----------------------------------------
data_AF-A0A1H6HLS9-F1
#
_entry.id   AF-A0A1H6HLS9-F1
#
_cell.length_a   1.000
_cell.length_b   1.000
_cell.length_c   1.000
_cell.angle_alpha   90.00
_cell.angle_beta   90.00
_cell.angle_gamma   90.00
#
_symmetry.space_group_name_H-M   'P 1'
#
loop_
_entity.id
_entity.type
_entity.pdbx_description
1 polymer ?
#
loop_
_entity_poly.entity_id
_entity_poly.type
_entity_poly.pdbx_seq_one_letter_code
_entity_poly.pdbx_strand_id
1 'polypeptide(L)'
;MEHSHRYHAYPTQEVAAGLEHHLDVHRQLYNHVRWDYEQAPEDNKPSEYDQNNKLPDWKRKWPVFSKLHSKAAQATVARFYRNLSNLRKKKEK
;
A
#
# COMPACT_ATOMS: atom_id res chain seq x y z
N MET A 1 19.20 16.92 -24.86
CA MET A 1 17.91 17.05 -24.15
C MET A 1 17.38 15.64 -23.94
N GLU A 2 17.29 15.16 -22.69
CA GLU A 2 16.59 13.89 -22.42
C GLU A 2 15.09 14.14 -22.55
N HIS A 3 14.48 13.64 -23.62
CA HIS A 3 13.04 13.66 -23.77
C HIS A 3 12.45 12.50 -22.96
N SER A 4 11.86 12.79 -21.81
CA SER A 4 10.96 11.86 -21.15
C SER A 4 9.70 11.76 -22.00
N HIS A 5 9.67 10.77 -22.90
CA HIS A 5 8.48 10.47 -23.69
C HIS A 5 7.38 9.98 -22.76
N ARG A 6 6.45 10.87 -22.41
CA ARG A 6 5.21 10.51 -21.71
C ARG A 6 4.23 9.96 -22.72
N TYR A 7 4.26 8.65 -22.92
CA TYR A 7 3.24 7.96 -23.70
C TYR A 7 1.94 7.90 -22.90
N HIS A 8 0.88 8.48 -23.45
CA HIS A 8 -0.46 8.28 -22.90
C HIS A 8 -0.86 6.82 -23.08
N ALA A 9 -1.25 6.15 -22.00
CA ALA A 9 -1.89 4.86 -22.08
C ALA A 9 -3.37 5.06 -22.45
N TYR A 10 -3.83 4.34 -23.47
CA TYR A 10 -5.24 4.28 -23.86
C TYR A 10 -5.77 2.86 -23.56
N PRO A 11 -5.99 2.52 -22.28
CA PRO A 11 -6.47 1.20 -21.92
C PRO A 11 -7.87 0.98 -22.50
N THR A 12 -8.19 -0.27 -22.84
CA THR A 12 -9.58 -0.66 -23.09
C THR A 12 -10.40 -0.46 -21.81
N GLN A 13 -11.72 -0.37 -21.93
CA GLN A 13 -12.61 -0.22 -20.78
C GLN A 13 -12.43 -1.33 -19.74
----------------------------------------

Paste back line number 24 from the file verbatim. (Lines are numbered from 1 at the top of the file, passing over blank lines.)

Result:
_entity_poly.pdbx_strand_id